Email Marketing Specialist Job Description - Qualifications, Requirements & Salary Data | Digital Media Jobs

Email Marketing Specialist Job Description

What is Email Marketing? Email Marketing involves sending a commercial message to a mass target audience, typically attempting to get that audience to purchase a product or service.

Email marketing has become a critical part of the modern online marketing funnel, as there are many benefits to running successful email marketing campaigns, including cheaper acquisition costs, better data and statistics (including specific ROI calculations), and much higher rates of responses and sales than what can be accomplished via traditional mailers. 

What Do Email Marketers Do?

Email Marketers typically focus on customer engagement and retention tasks, as email campaigns are perfect for these types of opportunities, and email marketers can expect to handle all sorts of different tasks, from interpreting data to testing creative to tracking analytics to measure the performance of their efforts.

All email marketing jobs will require developing successful engagement strategies and learning how to time deployments strategically to increase open rates, purchases and lead generation. 

Other important responsibilities for Email Marketing Specialists include learning how to identify target audiences, either by building or purchasing subscriber lists that match the consumer target, and then crafting messaging points that are custom-tailored to specific segments of the targeted users in order to increase performance.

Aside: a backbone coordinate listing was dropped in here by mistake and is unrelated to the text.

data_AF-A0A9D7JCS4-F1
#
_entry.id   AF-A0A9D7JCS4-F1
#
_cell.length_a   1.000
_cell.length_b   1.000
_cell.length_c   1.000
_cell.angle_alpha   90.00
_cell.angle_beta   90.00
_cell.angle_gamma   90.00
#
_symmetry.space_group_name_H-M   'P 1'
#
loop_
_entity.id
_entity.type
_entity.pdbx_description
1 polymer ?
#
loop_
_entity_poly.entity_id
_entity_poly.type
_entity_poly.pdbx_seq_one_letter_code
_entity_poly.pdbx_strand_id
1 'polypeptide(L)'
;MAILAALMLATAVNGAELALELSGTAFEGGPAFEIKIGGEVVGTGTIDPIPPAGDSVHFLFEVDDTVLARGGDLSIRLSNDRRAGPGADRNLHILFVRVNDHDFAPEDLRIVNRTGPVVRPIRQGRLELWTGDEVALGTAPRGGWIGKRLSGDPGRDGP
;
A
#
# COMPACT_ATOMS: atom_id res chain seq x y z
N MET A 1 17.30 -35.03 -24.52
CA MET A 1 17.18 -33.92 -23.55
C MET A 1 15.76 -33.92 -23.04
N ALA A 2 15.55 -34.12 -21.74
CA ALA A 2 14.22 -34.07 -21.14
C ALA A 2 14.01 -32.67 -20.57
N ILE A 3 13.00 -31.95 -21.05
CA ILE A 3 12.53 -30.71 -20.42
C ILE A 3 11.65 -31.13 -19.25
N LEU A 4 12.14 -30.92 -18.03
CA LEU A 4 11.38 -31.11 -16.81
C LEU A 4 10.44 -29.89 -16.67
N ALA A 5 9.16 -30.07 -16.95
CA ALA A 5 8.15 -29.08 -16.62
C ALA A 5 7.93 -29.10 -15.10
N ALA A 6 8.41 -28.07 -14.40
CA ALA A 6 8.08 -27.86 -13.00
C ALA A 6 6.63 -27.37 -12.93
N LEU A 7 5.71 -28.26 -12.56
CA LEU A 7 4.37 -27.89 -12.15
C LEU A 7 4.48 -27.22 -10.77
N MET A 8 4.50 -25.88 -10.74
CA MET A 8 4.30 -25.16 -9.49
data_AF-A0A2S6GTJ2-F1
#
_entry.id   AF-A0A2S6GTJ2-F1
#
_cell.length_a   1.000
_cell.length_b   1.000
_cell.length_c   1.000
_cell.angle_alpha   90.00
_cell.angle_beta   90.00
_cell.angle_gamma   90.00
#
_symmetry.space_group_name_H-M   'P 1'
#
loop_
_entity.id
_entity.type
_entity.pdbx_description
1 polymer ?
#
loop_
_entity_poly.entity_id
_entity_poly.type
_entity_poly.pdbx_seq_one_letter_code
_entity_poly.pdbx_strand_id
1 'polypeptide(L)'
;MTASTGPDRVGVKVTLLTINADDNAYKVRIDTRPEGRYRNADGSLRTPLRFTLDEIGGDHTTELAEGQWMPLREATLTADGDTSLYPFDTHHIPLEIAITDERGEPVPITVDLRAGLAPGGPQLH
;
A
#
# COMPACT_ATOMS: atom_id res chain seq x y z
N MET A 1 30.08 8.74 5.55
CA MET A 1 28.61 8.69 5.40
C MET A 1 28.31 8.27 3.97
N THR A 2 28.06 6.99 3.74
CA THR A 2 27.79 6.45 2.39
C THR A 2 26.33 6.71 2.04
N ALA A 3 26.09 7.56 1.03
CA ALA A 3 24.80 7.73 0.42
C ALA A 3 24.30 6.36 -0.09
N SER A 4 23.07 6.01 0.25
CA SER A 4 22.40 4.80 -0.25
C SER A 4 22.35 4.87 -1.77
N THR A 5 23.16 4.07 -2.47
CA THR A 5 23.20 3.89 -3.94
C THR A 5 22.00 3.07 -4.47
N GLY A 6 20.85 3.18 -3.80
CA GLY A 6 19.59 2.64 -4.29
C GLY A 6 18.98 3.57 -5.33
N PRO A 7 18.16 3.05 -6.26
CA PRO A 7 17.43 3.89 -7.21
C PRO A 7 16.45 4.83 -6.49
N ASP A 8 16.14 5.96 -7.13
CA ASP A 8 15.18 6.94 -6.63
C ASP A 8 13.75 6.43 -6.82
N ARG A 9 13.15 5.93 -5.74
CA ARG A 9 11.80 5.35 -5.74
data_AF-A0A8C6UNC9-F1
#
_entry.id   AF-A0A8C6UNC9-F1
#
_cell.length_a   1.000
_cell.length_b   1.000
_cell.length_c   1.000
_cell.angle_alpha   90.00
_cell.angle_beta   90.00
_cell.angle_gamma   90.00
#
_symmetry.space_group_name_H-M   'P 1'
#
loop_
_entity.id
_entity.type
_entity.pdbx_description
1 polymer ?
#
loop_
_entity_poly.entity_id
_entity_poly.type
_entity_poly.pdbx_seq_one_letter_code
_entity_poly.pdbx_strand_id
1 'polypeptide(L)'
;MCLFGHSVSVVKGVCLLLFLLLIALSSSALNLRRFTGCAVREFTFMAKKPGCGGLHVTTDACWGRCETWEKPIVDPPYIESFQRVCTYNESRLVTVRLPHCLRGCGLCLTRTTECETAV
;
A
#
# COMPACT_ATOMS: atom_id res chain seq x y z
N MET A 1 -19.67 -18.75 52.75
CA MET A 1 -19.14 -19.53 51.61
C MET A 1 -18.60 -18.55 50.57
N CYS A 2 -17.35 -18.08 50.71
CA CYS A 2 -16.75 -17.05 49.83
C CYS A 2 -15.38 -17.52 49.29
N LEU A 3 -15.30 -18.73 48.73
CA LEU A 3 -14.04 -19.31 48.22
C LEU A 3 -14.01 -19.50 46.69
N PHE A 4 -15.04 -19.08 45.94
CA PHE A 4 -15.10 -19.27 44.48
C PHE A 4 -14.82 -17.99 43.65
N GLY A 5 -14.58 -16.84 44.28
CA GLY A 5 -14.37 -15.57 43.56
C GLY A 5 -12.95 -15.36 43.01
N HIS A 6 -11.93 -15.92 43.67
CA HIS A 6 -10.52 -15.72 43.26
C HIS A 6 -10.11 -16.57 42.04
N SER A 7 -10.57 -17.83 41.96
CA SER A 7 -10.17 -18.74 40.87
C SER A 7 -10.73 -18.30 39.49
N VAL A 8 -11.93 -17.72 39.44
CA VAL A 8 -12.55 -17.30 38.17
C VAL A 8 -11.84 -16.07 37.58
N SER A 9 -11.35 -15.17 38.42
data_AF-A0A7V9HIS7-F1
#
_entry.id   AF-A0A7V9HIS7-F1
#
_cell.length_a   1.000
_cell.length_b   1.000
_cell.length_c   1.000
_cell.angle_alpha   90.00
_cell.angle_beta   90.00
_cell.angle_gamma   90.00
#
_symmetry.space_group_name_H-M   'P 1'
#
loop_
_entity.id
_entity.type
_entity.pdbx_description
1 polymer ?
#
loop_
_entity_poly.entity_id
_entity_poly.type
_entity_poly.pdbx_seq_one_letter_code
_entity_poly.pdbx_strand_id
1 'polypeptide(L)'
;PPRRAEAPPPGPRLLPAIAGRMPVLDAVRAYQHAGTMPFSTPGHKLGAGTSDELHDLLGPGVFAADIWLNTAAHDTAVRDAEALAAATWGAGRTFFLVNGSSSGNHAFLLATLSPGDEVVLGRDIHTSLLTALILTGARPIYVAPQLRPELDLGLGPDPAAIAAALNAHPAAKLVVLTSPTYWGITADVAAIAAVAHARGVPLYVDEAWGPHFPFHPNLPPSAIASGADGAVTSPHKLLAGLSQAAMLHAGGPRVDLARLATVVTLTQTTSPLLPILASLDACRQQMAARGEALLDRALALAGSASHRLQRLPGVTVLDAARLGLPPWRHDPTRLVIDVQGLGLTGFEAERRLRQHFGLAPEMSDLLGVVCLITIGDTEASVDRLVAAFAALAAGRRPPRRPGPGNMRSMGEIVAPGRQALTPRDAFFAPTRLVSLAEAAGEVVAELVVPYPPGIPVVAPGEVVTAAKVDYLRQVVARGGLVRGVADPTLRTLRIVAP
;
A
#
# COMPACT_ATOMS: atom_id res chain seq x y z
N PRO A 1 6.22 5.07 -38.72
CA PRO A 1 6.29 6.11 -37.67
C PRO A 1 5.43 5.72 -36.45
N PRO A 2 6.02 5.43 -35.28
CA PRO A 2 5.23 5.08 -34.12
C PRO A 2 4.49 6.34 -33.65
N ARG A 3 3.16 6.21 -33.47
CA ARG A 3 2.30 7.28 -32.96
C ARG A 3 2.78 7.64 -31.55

Email Marketers can expect to spend a significant portion of their time at work collaborating with clients and colleagues to create dynamic, compelling content, as well as A/B or split-testing the effective of particular templates, Unique Value Propositions and Calls to Action to determine which generate the best response rates.

Keep in mind that email marketing tasks aren't just limited to writing copy, as the process incorporates managing a variety of visual assets such as digital display and interactive media (moving images, video, etc.), written content, HTML code and more.

Email Marketing is Complicated

High-quality, well-performing email campaigns typically require a sophisticated creative strategy that seamlessly blends graphics and copy together to influence customer engagement and generate opens, clicks and sales.